Area Lamp - Part 2

Posted 12.21.2018 by Mario & Kitty Costello

Before deciding to get too much deeper into designing the concrete base for our lamp, we need to get a feel for the material we’re going to be working with. Never having worked with concrete, it’s still a mystery to us and needs a bit of research and handling to give us an idea of what we’re dealing with. It’s critical to “design to the material” you’ve chosen to work with and have a reasonably good understanding of the process first. After spending some time on the internet doing some research we found that the world of concrete countertops offered the closest parallels to the construction of our lamp base. And there are a lot of good resources out there, such as youtube videos and books, on the subject that can yield a lot of information. One of the better resources is Buddy Rhodes, who has been doing countertops for a long time and has a line of tools and materials, as well as advice on techniques and how to achieve certain finishes. One thing his website offers is a “pressed technique”, which offers a surface finish that looks similar to natural stone or travertine with voids and inconsistencies that add some visual interest. More on that shortly.

Concrete image

For this first exploration we’ll need a mold similar to what we’ll eventually be working with on our final product. Since it’s a good idea to imitate the conditions for the final effort as closely as you can, we’ll make a test mold out of the same materials to make sure they’re going to “release” from the molded part properly once it’s cured. Luckily, the final mold will be 18” tall and the materials we can purchase come in 24” lengths, giving us 6” of leftover material to play with, which is perfect for this test mold we need to build. We also built in a divider in the center of the mold so we can 1) try two different materials and 2) see how a wet concrete will bond to a dry, cured concrete. I’ll go into constructing the actual mold in more detail in the next post.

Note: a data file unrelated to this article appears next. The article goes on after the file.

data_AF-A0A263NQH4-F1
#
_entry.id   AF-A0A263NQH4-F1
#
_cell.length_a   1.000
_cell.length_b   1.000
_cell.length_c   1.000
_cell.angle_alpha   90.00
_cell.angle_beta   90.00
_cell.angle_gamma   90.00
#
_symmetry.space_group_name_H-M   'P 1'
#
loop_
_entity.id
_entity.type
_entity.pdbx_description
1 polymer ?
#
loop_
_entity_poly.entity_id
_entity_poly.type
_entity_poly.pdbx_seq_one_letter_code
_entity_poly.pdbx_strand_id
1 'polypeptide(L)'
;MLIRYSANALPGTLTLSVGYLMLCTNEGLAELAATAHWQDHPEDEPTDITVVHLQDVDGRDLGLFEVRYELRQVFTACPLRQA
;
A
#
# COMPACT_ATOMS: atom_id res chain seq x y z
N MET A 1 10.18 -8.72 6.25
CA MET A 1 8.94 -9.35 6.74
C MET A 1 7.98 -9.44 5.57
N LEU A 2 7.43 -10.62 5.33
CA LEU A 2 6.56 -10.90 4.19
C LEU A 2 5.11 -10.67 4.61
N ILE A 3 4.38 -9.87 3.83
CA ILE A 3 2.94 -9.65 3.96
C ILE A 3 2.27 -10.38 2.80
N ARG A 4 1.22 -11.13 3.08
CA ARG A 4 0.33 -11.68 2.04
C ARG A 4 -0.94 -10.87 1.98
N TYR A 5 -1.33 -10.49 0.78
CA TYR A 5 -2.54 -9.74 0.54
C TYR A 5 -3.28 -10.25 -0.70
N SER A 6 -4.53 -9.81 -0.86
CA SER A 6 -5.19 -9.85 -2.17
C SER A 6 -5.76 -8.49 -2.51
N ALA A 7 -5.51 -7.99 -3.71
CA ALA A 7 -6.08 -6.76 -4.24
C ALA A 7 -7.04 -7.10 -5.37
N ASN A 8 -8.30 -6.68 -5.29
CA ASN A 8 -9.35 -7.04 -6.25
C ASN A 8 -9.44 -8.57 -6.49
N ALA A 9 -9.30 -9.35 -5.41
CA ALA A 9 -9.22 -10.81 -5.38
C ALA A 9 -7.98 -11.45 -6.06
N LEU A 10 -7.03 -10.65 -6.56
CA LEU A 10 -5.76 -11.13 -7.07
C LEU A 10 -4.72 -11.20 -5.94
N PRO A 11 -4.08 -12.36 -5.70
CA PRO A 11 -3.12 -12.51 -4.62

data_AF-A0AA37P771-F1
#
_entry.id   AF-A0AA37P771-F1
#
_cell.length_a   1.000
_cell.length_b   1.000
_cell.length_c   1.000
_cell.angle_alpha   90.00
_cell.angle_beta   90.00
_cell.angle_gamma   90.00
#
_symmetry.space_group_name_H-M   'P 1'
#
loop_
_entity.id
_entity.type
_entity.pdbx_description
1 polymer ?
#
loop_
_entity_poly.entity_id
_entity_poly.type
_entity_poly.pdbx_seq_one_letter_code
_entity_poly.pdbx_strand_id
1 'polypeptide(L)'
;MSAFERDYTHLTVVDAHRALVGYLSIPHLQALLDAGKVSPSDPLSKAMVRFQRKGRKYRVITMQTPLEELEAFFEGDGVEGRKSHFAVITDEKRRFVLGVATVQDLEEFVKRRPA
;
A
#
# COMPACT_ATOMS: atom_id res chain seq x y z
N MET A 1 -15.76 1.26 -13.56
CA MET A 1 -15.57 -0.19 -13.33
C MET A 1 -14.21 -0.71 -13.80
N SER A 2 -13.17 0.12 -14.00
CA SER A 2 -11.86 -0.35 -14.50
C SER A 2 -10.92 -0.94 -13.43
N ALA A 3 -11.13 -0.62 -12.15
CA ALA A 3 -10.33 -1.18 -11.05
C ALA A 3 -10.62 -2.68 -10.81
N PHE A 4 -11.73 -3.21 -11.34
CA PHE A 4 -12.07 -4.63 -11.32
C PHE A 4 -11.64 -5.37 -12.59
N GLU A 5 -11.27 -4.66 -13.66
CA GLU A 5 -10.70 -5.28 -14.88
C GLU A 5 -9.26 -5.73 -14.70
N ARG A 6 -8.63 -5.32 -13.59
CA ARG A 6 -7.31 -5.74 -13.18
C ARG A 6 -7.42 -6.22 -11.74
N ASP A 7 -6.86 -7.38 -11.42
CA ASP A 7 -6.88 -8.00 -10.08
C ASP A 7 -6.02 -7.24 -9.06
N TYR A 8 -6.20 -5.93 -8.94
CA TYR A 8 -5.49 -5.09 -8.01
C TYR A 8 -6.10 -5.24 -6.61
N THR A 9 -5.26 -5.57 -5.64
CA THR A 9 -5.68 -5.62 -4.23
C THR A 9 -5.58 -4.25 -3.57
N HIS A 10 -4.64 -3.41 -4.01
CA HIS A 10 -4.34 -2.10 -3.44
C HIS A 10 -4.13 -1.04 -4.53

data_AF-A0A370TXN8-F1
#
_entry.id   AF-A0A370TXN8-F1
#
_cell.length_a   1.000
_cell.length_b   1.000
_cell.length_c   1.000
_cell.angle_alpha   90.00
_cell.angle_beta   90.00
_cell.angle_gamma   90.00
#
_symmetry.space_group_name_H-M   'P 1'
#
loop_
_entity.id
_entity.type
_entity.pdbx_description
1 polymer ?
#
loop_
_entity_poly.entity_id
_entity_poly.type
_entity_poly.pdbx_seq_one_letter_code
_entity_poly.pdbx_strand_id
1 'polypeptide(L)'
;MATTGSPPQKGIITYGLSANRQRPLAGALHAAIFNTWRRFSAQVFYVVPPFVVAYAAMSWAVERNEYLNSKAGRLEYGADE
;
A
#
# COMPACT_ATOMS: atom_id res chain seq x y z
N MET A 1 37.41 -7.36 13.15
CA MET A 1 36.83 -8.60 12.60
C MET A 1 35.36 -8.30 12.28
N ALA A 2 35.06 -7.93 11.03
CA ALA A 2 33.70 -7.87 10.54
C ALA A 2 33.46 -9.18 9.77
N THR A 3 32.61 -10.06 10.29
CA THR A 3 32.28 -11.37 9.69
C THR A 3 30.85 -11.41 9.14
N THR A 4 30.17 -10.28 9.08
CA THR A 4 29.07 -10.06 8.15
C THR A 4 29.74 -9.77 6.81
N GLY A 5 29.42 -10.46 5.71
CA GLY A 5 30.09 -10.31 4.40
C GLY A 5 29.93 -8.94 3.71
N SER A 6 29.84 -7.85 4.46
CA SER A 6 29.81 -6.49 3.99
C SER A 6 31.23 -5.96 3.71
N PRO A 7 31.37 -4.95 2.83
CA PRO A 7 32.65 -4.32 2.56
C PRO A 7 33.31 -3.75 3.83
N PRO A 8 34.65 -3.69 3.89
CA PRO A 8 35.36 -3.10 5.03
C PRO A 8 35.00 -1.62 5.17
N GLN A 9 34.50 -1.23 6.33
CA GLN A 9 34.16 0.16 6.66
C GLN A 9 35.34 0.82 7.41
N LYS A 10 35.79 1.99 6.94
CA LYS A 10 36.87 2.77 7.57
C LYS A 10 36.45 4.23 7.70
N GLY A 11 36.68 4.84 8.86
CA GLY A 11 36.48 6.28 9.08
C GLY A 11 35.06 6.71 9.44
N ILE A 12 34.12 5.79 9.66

Mold image

We decided on plastic for our mold, since it’s easy to work with, relatively cheap and will resists bonding with the material it’s molding, but we’ll still put a coat or two of carnauba wax on all the surfaces to make sure the parts pull away from the concrete once it’s cured and don’t permanently become joined to the finished part. Our finished part also has a rounded corner around its edges, so we’ll want to figure out to mold one of those in at this stage to see what works best.

Mold image

The first experiment involved using a simple modeling clay that we had around the house from Crayola, which we then smoothed into a 1” radius using our hands, some water and a radius gauge. Unfortunately, we found that this particular clay tended to crack and pull away from the walls once it dried out. It would also be getting re-hydrated once we added wet concrete to it and probably wouldn’t be too dependable. After more research into various clays, we settled on a common silicone, which is easily formed and resists just about anything you can throw at it.

Clay image

The concrete comes out as a fairly fine powder with some very, very small aggregate mixed in. We mixed it up in a small container, taking care to add water sparingly to get the mixture about the consistency of cookie dough . We want the material to retain some form and stiffness on its own so it can be built up vertically on a wall and not slump down. The drier mixture will also create the air pockets and voids we’re interested in.

Mold image

We did one round with the plain concrete mixture, which comes out white and then a second one with a bit of powdered colorant added called “Smoke”. It doesn’t take much to color the mixture. We did the white section first, let it dry, removed the barrier and then did the second, colored section to see if they would bond. With concrete it’s important to keep the mixture hydrated and moist while it’s in the curing process. It loses strength if it dries out too much during this process, so we sealed the top of the mold both times with a plastic trash bag while it cured to keep the moisture from evaporating. Once cured, we found that the mold sections came off of the finished form quite easily and probably didn’t need any of the wax mold release. In the end, concrete is fairly simple and easy to work with. The really critical knowledge that was gained was understanding how wet to make the mixture so it could be used effectively in the press technique described by Rhodes.

Concrete base image
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Please allow 5 days for fabrication.